In the Journals

Minimal chronic musculoskeletal pain not associated with generalized sensitization

Generalized sensitization and impairment of the descending pain modulation were not associated with computer users who had low levels of chronic musculoskeletal pain, according to study results.

Researchers assessed pressure pain threshold (PPT) mapping in the neck-shoulder and the elbow, as well as at the mid-point of the tibialis anterior muscle, in 47 computer users with chronic pain in the upper extremity and/or neck-shoulder pain and in 17 pain-free computer users.

Using a 0- to 10-cm electronic VAS, the researchers recorded induced pain intensities and profiles over time. Cuff-induced pain was used as conditioning pain stimulus to assess the efficacy of conditioned pain modulation (CPM), whereas PPT at the tibialis anterior was used as the test stimulus.

The two groups had similar demographics, job seniority and number of working hours per week using a computer. According to the researchers, no significant differences were observed in the PPTs measured at all 15 points in the neck-shoulder region between groups, nor were any significant differences observed in PPTs or pain intensity induced by dynamic pressure algometry.

No significant difference in PPT was observed in the tibialis anterior between the two groups, according to the researchers. Although a significant increase in PPT at the tibialis anterior was observed in both groups during CPM, the increase was not significantly different between the groups.

Less-efficient descending pain modulation was correlated with higher clinical pain intensity, lower PPT values from the neck-shoulder and higher pain intensity evoked by the roller in the chronic pain group, according to the researchers. – by Casey Tingle

Disclosures: The researchers report no relevant financial disclosures.

Generalized sensitization and impairment of the descending pain modulation were not associated with computer users who had low levels of chronic musculoskeletal pain, according to study results.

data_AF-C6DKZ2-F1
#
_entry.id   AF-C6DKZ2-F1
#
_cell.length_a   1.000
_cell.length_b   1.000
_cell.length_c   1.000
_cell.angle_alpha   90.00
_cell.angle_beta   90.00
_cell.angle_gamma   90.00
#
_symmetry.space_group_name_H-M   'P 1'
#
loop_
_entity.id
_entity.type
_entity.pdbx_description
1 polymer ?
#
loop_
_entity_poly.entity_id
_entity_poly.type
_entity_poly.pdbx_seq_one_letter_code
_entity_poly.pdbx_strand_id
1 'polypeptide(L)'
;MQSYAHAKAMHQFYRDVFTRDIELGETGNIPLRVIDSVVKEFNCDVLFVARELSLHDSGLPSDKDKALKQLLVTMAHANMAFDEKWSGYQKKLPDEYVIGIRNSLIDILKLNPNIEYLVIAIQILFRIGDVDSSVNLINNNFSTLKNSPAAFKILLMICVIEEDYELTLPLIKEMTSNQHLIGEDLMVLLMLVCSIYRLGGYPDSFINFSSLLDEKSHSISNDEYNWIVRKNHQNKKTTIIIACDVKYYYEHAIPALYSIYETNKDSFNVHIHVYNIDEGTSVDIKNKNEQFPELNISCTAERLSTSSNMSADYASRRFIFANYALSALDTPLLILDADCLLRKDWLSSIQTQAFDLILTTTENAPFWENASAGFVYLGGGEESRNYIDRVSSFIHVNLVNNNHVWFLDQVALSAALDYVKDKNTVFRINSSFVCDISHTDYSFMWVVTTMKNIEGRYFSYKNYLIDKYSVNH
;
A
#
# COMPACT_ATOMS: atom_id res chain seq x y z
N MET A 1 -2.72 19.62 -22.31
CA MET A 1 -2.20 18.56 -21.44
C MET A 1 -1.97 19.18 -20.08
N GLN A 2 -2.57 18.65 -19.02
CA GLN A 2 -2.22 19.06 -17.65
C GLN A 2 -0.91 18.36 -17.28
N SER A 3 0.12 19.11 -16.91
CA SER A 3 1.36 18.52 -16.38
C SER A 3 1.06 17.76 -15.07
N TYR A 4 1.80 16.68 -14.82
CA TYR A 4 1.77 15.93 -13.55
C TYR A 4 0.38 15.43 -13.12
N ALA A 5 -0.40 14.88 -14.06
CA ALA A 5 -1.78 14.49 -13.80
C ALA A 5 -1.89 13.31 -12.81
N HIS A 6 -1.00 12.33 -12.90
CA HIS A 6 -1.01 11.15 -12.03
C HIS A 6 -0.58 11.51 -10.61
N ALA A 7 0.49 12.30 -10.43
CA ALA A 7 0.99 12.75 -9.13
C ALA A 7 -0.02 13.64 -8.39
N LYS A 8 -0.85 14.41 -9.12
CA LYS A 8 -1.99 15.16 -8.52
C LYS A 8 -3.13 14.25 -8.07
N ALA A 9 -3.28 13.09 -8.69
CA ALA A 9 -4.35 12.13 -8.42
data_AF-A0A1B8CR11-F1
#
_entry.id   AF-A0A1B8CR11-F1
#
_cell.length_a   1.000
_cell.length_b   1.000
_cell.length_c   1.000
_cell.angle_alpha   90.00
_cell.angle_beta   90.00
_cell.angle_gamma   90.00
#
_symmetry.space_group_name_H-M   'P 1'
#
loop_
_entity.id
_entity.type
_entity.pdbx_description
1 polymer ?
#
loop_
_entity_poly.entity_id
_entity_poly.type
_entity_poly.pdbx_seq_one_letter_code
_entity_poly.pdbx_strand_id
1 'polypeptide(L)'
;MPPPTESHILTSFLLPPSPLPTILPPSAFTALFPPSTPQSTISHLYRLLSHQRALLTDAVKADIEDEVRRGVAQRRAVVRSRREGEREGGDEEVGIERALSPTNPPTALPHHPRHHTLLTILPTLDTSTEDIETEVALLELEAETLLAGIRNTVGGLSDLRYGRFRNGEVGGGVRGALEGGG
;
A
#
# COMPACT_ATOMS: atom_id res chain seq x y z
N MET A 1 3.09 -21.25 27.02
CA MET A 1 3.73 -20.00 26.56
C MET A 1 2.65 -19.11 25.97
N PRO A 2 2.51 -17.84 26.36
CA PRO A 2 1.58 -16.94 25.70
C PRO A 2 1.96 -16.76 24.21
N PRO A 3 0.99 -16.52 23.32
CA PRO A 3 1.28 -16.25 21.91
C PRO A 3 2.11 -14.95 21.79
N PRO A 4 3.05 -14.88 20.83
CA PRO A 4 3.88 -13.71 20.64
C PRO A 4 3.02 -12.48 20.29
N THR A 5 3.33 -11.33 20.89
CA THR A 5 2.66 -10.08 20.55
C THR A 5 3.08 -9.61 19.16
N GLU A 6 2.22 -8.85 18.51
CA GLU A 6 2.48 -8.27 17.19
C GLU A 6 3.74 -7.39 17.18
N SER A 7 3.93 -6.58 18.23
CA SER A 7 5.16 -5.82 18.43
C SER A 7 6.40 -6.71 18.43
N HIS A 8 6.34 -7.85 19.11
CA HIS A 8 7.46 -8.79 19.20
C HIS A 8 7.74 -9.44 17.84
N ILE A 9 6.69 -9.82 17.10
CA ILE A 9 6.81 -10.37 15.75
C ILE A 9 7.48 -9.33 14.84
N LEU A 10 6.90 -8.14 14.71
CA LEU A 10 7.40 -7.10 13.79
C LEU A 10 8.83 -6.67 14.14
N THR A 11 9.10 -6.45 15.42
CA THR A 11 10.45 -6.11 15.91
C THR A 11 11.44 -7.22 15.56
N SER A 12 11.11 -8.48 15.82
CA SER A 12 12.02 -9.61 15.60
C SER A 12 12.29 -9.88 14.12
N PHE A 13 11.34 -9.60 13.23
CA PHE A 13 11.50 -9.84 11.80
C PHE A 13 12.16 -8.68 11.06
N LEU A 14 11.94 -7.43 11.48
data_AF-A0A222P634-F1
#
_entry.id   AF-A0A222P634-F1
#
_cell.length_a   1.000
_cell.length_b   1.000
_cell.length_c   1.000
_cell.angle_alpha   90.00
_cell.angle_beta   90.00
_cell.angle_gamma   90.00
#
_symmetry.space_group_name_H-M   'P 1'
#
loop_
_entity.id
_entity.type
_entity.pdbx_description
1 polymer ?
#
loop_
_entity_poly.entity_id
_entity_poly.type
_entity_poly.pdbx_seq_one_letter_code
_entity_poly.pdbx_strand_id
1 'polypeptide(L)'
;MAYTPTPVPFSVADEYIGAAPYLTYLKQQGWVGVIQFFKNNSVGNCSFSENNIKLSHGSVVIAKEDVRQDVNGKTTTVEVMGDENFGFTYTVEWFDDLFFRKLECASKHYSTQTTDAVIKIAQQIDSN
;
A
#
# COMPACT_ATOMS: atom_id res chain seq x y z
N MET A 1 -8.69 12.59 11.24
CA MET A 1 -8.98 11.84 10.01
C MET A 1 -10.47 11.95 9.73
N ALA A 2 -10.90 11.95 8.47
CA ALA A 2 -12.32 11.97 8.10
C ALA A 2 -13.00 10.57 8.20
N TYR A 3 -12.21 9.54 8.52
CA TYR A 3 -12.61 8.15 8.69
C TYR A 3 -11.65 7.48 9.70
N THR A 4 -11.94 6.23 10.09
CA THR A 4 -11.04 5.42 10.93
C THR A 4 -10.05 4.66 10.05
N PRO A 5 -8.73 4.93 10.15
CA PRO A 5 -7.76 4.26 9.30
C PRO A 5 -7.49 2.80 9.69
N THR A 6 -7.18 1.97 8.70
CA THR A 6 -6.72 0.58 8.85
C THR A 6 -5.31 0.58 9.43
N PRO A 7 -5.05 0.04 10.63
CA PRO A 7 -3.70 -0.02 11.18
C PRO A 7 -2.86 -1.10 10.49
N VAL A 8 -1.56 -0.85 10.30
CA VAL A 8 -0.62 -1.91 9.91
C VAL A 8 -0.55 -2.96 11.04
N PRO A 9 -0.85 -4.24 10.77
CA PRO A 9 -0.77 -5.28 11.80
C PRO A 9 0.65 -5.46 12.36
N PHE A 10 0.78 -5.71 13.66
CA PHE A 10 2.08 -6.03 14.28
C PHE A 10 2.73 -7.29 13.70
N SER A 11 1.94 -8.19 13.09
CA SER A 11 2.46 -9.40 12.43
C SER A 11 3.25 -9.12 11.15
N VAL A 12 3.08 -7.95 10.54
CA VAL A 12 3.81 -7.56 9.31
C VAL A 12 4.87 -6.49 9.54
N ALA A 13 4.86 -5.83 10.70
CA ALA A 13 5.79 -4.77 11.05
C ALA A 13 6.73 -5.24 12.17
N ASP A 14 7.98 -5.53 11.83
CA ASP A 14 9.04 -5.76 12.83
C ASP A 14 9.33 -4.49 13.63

Researchers assessed pressure pain threshold (PPT) mapping in the neck-shoulder and the elbow, as well as at the mid-point of the tibialis anterior muscle, in 47 computer users with chronic pain in the upper extremity and/or neck-shoulder pain and in 17 pain-free computer users.

Using a 0- to 10-cm electronic VAS, the researchers recorded induced pain intensities and profiles over time. Cuff-induced pain was used as conditioning pain stimulus to assess the efficacy of conditioned pain modulation (CPM), whereas PPT at the tibialis anterior was used as the test stimulus.

The two groups had similar demographics, job seniority and number of working hours per week using a computer. According to the researchers, no significant differences were observed in the PPTs measured at all 15 points in the neck-shoulder region between groups, nor were any significant differences observed in PPTs or pain intensity induced by dynamic pressure algometry.

No significant difference in PPT was observed in the tibialis anterior between the two groups, according to the researchers. Although a significant increase in PPT at the tibialis anterior was observed in both groups during CPM, the increase was not significantly different between the groups.

Less-efficient descending pain modulation was correlated with higher clinical pain intensity, lower PPT values from the neck-shoulder and higher pain intensity evoked by the roller in the chronic pain group, according to the researchers. – by Casey Tingle

Disclosures: The researchers report no relevant financial disclosures.